Sinking sterling hits Brit state pensioners in Thailand

Published:  20 Aug at 6 PM
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As sterling continues to struggle against the Brexit effect, UK expats in Thailand are feeling the pinch.

For the more adventurous amongst British retirees, Thailand has been a favoured destination for several decades due to its weather, low cost of living and, for some, the readily available choice of young, female companions. In the good old days, an exchange rate of around 72 to the pound meant even a British state pensioner on the ungenerous £628 per month UK stipend could fund a comfortable lifestyle including housing and entertainment. Nowadays, UK state pensions are paying out £715 per month, but the exchange rate is now stuck around 42 baht to the pound, a difference in baht of over 16,000 per month.

Expats on private or work related pensions are obviously better off, with the average at around £409 a week, but the present day exchange rate isn’t good news, especially as it’s expected to worsen considerably should a no-deal Brexit be the result of a lack of negotiating talent by the UK team. A recent article in an expat-aimed English language newspaper asks readers what their forex breaking point would be as regards leaving Thailand for another even cheaper destination or the home country. Amongst the results were car ownership by 75 per cent of respondents, 50 percent house ownership and 20 per cent condo ownership thus saving in rental charges, electricity at approximately 1000 baht per month and private health insurance at around 7,000 baht per month. This last is considered unaffordable by Brits on the basic state pension, and a rate of 38 baht to the pound would be devastating for most.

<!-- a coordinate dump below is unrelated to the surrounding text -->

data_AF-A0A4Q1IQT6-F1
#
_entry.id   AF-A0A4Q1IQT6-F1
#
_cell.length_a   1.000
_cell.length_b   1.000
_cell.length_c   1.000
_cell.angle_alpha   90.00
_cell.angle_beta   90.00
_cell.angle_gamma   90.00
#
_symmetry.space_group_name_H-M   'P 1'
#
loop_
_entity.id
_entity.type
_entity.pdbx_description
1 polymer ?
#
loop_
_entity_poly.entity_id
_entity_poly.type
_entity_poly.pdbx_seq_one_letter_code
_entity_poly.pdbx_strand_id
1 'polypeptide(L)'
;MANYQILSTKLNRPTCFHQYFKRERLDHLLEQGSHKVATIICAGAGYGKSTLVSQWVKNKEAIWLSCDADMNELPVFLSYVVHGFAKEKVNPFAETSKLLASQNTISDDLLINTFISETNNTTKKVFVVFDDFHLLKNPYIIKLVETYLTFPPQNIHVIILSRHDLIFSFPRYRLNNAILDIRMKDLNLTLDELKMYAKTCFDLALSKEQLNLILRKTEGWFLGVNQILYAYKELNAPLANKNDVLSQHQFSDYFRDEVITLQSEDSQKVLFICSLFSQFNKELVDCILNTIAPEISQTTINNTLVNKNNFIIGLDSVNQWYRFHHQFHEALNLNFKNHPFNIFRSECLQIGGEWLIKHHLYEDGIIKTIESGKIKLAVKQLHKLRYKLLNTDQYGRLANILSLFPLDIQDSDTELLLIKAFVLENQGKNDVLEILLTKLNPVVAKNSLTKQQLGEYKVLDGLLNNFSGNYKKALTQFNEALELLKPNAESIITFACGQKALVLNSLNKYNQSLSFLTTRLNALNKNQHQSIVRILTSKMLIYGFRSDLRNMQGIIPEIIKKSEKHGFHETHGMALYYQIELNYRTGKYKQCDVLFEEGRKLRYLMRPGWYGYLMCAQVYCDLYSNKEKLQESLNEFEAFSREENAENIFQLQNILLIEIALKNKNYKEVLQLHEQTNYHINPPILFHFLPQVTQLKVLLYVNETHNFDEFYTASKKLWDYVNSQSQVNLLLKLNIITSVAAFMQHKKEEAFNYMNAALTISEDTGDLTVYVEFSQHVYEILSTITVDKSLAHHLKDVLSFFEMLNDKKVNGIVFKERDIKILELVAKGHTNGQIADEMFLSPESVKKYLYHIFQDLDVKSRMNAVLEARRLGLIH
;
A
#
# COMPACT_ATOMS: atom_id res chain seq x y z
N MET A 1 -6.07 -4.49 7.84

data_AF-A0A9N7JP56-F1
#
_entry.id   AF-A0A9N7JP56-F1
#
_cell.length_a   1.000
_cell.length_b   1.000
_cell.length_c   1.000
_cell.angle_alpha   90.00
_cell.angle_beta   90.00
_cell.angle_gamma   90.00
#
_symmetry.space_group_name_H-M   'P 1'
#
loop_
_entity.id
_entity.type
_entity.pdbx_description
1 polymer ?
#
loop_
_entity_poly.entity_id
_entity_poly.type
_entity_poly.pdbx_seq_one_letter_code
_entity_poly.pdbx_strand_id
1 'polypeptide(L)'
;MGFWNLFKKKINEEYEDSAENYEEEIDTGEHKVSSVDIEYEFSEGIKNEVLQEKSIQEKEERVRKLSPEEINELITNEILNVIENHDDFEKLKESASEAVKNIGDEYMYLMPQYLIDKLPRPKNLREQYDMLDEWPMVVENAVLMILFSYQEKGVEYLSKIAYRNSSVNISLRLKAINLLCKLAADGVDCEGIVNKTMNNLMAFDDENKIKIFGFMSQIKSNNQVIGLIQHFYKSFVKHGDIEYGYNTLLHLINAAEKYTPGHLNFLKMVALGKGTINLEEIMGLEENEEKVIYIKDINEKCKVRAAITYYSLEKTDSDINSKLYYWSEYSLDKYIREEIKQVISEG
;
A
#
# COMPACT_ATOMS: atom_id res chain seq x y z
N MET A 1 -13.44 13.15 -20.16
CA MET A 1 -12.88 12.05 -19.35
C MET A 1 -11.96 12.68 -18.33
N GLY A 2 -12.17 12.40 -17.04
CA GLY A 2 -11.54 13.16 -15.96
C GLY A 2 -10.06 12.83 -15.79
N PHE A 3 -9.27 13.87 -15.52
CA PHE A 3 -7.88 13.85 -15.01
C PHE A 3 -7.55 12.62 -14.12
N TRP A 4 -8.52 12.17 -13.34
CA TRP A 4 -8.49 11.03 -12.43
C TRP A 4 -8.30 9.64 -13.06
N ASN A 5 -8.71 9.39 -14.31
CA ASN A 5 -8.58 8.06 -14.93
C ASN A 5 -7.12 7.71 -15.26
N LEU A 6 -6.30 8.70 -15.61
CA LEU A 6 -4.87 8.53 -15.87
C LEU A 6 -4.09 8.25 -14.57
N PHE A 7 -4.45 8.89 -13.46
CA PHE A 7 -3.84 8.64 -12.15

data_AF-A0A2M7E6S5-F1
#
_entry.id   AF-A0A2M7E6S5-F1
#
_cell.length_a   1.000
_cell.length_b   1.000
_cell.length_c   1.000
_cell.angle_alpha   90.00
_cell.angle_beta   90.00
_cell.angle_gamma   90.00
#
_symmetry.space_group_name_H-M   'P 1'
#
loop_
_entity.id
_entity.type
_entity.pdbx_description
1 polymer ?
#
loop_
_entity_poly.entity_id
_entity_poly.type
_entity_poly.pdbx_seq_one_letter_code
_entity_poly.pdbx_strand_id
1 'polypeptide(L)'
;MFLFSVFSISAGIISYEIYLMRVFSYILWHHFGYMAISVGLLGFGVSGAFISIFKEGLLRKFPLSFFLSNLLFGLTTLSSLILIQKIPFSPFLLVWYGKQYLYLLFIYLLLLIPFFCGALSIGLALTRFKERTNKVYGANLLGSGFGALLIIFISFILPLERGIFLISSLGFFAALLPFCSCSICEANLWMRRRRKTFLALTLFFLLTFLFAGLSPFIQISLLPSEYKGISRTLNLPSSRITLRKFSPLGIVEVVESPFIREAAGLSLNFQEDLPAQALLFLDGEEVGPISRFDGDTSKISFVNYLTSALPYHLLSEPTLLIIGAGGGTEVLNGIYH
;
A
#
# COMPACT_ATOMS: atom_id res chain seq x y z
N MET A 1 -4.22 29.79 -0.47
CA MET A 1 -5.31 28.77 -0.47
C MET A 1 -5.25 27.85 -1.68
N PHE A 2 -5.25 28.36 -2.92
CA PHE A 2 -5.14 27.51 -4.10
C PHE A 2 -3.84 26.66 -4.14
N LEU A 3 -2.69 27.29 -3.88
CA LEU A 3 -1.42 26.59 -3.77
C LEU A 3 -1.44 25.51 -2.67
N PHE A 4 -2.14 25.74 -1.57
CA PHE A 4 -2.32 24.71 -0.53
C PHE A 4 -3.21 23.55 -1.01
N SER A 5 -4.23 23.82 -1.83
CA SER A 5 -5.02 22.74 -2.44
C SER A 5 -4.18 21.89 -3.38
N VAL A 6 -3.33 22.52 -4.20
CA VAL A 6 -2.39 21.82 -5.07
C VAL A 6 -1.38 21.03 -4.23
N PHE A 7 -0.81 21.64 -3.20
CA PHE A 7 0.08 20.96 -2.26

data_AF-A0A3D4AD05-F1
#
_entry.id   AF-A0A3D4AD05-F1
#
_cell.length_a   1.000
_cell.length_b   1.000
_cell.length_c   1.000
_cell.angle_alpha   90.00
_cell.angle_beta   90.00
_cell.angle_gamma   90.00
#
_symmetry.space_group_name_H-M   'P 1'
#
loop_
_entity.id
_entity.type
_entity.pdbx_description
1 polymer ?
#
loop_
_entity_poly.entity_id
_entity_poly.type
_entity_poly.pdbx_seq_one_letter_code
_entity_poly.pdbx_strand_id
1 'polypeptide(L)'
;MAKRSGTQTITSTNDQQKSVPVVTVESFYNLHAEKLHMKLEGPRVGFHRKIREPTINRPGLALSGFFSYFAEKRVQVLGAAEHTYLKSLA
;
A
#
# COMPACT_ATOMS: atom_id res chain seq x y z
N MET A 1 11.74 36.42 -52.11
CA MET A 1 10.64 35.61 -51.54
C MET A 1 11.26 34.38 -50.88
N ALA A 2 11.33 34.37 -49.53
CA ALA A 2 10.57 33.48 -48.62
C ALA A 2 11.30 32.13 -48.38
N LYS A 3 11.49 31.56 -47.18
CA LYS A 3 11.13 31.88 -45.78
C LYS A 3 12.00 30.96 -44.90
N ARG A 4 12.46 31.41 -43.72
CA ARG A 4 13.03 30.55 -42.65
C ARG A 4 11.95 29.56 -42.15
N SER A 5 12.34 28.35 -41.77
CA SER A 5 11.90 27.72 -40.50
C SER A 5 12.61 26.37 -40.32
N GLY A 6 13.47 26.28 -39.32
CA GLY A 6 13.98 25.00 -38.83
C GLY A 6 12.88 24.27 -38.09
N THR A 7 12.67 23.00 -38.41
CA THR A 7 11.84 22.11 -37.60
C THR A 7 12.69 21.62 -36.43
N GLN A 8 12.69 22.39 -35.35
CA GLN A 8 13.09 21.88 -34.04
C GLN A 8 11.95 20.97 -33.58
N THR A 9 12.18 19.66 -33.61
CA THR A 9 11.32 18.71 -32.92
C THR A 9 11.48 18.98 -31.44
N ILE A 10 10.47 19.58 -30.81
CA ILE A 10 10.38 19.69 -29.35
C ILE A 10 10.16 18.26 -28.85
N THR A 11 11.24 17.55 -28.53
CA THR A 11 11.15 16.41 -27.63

Theoretically, the majority of UK expats surviving on state pensions with no other income should possibly be searching for another country in which to live out their last years, especially as their UK state pensions will have been frozen the minute they arrived in Thailand. A few may have married or are living with Thai ladies, perhaps with a child, and would be reluctant to go it alone back in the UK as immigration law prevents them from bringing in their dependents without proving a high level of earnings. In addition, the sinking pound is likely to put off a good number of would-be expats for whom Thailand was a possible destination. Political instability might well be another reason why the Land of Smiles has lost its charm but, however the numbers are crunched, the good life seems to be fading fast, at least for the Brits.
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